The discussion which follows is based on the South Australian state legislation. It is important to be aware that there is also Commonwealth legislation dealing with Aboriginal heritage called the Aboriginal and Torres Strait Islander Heritage Protection Act 1984 (Cth). This Commonwealth Act contains some similar but not identical provisions to the State Act. It does not, for instance, provide for a Register and the provision relating to protection of items where they are found [s 20] applies only to Aboriginal remains.
However, because the Commonwealth has power over Aboriginal affairs under the so-called "race power" under the Constitution, a provision or even any ministerial act under the Commonwealth Act would take precedence over the State Act and its procedures. This was one of the legal issues involved in the dispute over the Hindmarsh Island (Kumarangk) Bridge.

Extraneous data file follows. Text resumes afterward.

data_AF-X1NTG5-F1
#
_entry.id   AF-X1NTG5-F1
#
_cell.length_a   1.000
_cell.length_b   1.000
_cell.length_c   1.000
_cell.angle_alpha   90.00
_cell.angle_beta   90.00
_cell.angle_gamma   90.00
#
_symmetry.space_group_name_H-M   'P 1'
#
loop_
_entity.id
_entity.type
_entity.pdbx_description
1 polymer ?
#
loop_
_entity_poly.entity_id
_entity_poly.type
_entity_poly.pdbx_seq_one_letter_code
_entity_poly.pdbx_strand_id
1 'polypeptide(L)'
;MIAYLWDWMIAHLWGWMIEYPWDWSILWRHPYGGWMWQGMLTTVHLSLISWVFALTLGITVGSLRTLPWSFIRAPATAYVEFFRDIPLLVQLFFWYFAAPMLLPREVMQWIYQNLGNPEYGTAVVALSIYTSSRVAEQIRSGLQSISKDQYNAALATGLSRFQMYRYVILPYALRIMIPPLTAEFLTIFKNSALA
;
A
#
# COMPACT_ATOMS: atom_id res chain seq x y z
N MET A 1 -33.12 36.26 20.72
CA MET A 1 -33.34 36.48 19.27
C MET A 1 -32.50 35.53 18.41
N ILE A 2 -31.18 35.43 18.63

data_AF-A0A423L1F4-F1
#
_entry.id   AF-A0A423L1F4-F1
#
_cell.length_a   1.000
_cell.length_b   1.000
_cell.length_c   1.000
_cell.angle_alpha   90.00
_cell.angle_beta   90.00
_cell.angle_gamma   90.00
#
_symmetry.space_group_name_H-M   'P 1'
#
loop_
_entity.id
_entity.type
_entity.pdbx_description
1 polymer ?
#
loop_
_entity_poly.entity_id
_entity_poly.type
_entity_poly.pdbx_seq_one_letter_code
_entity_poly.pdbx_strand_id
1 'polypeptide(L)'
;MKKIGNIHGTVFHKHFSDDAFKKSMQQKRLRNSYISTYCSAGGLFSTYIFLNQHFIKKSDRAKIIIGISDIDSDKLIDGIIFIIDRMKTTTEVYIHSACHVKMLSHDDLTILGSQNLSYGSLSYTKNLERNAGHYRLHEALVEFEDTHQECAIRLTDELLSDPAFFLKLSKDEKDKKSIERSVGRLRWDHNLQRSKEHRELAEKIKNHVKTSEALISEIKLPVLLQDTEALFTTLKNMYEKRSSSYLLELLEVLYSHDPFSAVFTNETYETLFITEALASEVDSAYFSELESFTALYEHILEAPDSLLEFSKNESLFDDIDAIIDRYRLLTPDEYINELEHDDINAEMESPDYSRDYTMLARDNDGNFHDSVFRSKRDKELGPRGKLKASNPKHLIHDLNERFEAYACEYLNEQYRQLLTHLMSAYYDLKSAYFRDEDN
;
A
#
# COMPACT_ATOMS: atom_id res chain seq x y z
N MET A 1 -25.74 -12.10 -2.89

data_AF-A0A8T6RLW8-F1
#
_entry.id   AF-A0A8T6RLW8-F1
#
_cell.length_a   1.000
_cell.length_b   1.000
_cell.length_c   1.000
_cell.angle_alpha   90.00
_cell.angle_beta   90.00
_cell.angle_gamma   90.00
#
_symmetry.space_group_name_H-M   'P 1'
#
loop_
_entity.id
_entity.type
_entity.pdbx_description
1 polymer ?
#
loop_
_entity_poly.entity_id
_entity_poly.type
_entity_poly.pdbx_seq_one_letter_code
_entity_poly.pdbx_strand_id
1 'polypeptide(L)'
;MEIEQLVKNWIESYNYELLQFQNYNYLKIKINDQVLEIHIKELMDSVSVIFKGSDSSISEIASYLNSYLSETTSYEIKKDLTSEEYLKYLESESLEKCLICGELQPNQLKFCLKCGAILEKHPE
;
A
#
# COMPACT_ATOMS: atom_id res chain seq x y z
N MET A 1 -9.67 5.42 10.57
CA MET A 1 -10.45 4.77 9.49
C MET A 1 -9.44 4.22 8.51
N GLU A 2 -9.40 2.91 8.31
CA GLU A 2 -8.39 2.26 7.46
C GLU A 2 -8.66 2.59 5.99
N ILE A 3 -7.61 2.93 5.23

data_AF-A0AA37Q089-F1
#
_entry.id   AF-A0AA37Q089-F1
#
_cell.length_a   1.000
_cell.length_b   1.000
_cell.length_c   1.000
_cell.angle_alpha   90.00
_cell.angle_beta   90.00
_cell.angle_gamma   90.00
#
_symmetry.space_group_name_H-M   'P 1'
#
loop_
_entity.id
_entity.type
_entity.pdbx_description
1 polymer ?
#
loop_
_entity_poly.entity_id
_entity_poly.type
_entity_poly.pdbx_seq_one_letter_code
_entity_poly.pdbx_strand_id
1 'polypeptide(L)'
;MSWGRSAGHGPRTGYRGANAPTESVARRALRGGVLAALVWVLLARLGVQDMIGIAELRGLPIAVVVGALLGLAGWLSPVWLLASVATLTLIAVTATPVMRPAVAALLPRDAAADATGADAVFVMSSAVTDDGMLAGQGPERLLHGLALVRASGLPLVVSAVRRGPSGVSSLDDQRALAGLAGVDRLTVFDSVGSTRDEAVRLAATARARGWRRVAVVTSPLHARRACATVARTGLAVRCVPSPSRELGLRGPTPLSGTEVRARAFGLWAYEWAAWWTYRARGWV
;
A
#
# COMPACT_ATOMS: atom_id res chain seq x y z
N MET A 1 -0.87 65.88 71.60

In most cases however, the Commonwealth policy has been to allow state legislation and policy to apply without interference, as long as the Commonwealth thinks the state's general provisions are sound and in accordance with appropriate Aboriginal affairs policy and international obligations (eg., human rights and environmental obligations). This is generally seen to be the case with the South Australian legislation. The South Australian Aboriginal Heritage Act 1988 (SA) protects and preserves Aboriginal heritage within the State.
The Aboriginal Heritage Act 1988 (SA) establishes an Aboriginal Heritage Committee comprised of Aboriginal people from all parts of the State. This Committee advises the Minister on making entries in central archives, on measures that should be taken to protect or preserve Aboriginal sites, objects or remains, on the appointment of inspectors and on the administration of the Act and the protection and preservation of Aboriginal heritage.
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